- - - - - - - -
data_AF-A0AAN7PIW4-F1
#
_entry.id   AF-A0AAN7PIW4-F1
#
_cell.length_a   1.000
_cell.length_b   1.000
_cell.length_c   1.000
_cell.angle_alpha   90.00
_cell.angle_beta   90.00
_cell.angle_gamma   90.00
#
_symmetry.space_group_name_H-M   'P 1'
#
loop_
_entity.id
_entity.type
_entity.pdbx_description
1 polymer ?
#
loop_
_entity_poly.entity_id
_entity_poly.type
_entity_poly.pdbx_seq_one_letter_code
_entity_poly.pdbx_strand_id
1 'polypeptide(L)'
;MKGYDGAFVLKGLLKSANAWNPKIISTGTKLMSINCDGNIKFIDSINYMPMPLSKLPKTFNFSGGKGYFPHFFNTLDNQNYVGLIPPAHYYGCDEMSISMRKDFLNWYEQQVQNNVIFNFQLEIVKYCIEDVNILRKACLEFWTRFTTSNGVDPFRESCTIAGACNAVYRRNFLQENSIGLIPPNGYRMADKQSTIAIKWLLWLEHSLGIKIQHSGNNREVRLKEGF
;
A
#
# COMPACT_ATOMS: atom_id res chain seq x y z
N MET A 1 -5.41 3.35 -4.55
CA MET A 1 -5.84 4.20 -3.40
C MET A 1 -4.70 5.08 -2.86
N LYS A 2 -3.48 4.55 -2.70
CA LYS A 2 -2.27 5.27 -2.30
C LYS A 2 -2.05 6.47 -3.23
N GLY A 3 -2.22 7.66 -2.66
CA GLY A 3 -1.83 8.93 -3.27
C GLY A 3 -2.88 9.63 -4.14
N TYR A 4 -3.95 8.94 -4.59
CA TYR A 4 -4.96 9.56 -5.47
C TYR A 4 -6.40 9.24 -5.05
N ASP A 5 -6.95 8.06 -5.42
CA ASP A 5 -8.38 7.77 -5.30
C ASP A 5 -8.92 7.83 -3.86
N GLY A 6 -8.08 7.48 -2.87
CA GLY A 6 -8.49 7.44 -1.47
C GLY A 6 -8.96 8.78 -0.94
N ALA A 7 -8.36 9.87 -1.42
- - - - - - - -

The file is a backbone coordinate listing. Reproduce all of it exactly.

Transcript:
data_AF-A0AAN7PIW4-F1
#
_entry.id   AF-A0AAN7PIW4-F1
#
_cell.length_a   1.000
_cell.length_b   1.000
_cell.length_c   1.000
_cell.angle_alpha   90.00
_cell.angle_beta   90.00
_cell.angle_gamma   90.00
#
_symmetry.space_group_name_H-M   'P 1'
#
loop_
_entity.id
_entity.type
_entity.pdbx_description
1 polymer ?
#
loop_
_entity_poly.entity_id
_entity_poly.type
_entity_poly.pdbx_seq_one_letter_code
_entity_poly.pdbx_strand_id
1 'polypeptide(L)'
;MKGYDGAFVLKGLLKSANAWNPKIISTGTKLMSINCDGNIKFIDSINYMPMPLSKLPKTFNFSGGKGYFPHFFNTLDNQNYVGLIPPAHYYGCDEMSISMRKDFLNWYEQQVQNNVIFNFQLEIVKYCIEDVNILRKACLEFWTRFTTSNGVDPFRESCTIAGACNAVYRRNFLQENSIGLIPPNGYRMADKQSTIAIKWLLWLEHSLGIKIQHSGNNREVRLKEGF
;
A
#
# COMPACT_ATOMS: atom_id res chain seq x y z
N MET A 1 -5.41 3.35 -4.55
CA MET A 1 -5.84 4.20 -3.40
C MET A 1 -4.70 5.08 -2.86
N LYS A 2 -3.48 4.55 -2.70
CA LYS A 2 -2.27 5.27 -2.30
C LYS A 2 -2.05 6.47 -3.23
N GLY A 3 -2.22 7.66 -2.66
CA GLY A 3 -1.83 8.93 -3.27
C GLY A 3 -2.88 9.63 -4.14
N TYR A 4 -3.95 8.94 -4.59
CA TYR A 4 -4.96 9.56 -5.47
C TYR A 4 -6.40 9.24 -5.05
N ASP A 5 -6.95 8.06 -5.42
CA ASP A 5 -8.38 7.77 -5.30
C ASP A 5 -8.92 7.83 -3.86
N GLY A 6 -8.08 7.48 -2.87
CA GLY A 6 -8.49 7.44 -1.47
C GLY A 6 -8.96 8.78 -0.94
N ALA A 7 -8.36 9.87 -1.42